The ultimate reality of marriage is that it involves two realities.
The ultimate reality of marriage is that it involves two realities.To the extent that both you and your mate can appreciate this, you can begin to repair whatever damage may have been done to your relational intimacy. Damage caused by how you’ve dealt with your differences: namely, how your reacting to your dissimilarities has created a power struggle between you (i.e., the fight over whose wants and needs should get higher priority).
As I regularly point out to couples I work with, marriage hardly necessitates that you pretend to agree with your spouse when you really don’t. It only requires that you refuse to allow such disagreements to prompt you to inform them that they’re being ridiculous, irrational, or (worst of all) stupid. If you simply assume that their differing viewpoints have their own logic, make sense to them, and (in their own distinct way) are quite as valid as yours—as well as equally deserving of understanding and empathy—your relationship can turn around more quickly than you might ever imagine.
And such a profound perceptual shift can keep your relationship turned around. For your differences can now be viewed in a far more favorable light—no longer as threatening, or exasperating, but as natural, inevitable, and even positive. Permitting your partner’s viewpoint and ways of doing things to peacefully co-exist with your own enables you to grow your outlook into one that’s more mature. In a word, wiser. And such a transformed orientation and attitude will probably benefit you and your relationship infinitely more than whatever tack you may have taken before.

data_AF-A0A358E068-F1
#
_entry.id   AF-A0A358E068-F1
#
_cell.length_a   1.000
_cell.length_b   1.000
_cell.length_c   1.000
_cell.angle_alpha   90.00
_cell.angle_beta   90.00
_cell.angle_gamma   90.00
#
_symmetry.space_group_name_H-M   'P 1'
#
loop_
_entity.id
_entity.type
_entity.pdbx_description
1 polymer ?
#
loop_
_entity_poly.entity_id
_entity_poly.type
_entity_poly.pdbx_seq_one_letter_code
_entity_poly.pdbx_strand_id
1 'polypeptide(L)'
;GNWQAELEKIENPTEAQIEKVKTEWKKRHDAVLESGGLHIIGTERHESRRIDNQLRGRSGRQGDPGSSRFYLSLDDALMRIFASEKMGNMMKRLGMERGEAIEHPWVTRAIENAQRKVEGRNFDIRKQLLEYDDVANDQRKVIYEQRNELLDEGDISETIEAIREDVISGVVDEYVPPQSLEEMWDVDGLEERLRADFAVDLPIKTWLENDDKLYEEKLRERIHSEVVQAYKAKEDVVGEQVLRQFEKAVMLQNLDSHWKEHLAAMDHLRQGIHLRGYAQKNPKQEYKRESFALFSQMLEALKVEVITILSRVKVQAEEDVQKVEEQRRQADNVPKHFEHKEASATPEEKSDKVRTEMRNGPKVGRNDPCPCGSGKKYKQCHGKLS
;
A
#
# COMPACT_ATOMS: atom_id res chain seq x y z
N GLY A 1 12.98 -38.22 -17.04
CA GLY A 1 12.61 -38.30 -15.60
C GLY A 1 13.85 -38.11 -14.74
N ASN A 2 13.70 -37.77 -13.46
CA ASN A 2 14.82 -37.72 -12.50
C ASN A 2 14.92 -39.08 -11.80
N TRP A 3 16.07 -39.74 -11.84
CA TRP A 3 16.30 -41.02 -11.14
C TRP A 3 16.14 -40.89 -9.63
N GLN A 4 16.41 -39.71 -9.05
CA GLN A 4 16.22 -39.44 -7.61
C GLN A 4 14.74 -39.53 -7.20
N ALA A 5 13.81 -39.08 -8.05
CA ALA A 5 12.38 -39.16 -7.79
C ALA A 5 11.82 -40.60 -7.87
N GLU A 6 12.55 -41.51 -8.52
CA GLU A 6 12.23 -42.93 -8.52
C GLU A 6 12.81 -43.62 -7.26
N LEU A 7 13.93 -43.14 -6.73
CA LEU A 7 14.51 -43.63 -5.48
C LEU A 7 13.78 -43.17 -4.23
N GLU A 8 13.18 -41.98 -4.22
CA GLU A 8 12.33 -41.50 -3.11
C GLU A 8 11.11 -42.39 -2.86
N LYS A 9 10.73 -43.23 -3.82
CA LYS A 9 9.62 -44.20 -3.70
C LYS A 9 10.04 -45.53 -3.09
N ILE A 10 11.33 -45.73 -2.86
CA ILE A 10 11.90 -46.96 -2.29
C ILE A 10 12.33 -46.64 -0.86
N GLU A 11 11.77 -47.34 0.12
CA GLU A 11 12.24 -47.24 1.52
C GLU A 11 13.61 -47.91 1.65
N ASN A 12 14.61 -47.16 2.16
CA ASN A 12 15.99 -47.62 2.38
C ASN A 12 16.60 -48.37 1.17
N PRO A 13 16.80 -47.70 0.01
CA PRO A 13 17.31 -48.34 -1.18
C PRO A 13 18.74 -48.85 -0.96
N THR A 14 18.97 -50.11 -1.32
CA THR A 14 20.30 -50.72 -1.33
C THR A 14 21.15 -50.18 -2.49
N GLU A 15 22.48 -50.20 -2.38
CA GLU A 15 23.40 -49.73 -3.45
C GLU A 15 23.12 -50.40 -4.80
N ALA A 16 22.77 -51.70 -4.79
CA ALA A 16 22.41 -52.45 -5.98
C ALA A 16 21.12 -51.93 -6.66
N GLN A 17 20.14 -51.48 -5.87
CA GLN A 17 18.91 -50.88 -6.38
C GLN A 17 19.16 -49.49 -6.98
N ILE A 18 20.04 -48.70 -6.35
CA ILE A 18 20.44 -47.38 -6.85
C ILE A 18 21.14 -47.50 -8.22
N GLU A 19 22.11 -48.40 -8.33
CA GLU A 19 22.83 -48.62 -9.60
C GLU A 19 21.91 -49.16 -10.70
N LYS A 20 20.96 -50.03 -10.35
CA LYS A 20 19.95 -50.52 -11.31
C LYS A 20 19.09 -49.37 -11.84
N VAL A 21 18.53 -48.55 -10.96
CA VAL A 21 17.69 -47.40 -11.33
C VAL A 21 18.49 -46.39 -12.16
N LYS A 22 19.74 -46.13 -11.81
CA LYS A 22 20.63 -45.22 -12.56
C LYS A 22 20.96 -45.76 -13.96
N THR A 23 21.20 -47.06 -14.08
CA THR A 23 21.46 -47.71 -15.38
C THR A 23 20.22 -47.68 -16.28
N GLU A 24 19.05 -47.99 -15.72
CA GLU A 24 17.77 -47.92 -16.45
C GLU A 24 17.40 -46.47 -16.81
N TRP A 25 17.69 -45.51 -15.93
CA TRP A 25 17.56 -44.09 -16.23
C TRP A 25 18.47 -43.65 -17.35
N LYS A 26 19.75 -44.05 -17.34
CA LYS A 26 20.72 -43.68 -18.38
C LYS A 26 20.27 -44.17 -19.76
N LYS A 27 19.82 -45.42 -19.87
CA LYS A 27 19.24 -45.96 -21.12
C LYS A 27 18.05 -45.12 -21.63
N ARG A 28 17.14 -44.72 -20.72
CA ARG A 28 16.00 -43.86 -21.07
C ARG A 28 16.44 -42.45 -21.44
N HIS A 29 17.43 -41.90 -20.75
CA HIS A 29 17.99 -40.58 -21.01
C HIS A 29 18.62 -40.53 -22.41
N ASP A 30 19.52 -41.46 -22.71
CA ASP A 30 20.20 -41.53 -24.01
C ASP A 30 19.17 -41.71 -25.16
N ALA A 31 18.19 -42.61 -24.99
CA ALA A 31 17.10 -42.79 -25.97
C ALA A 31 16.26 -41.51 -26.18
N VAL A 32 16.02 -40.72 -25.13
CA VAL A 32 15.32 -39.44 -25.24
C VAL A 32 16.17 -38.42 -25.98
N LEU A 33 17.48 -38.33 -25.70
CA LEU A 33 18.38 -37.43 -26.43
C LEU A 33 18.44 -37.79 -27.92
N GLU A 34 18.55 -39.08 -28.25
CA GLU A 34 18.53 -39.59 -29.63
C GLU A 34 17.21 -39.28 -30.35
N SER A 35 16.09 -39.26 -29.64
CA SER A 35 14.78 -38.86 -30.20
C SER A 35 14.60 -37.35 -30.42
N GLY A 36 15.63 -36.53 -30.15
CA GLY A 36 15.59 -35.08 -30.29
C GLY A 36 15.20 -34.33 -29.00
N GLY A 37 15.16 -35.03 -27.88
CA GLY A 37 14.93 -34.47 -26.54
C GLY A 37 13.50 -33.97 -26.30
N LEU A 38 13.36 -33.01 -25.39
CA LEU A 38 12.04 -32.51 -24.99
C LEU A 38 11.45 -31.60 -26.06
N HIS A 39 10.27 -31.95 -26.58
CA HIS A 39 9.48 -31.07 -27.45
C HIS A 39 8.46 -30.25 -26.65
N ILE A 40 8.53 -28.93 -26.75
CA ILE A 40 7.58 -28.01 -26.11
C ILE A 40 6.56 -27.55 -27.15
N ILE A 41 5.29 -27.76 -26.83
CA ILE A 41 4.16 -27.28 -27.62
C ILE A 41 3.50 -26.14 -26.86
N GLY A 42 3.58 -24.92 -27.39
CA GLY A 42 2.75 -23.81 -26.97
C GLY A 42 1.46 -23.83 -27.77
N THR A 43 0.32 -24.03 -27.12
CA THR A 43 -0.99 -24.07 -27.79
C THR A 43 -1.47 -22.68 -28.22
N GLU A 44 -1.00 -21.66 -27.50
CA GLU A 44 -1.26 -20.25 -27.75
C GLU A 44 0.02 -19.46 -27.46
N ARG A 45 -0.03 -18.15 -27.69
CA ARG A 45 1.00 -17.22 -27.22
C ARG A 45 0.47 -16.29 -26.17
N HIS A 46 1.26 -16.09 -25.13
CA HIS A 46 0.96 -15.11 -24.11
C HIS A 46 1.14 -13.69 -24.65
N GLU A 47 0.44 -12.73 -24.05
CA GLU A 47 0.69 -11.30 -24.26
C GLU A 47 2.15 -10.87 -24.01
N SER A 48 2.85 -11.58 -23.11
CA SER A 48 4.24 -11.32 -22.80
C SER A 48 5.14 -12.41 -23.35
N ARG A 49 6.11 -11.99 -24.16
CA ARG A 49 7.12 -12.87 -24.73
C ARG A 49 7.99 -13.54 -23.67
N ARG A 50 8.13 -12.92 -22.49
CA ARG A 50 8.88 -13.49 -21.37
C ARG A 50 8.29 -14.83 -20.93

So when the two of you don’t see things eye to eye, can you at least imagine what it might be like to view things as they do? Can you put yourself inside their head and identify with their (subjectively meaningful) viewpoint—one that, just like yours, was molded both by their earlier environment and biological heritage?
True, this contextual change may never equal the unworldly tranquility of marrying your opposite-sex clone (which, frankly, might get rather boring over time). But if you can better understand the unique individual you married, then even when you simply don’t—or can’t—see things eye to eye, by taking the time to enter into their reality, you may realize the very highest couples ideal of seeing them "I to I."
NOTE 1: This piece is just one of various posts I've completed on the challenges of intimate relationships. If you'd like to delve further into the topic, here are links to six earlier writings of mine that should provide you with additional ideas:
NOTE 2: If you know of anyone who might find this piece useful, please consider sending them the link. Additionally, if you'd like to explore other (non-relationship) posts I've done for PT, click here.
© 2013 Leon F. Seltzer, Ph.D. All Rights Reserved.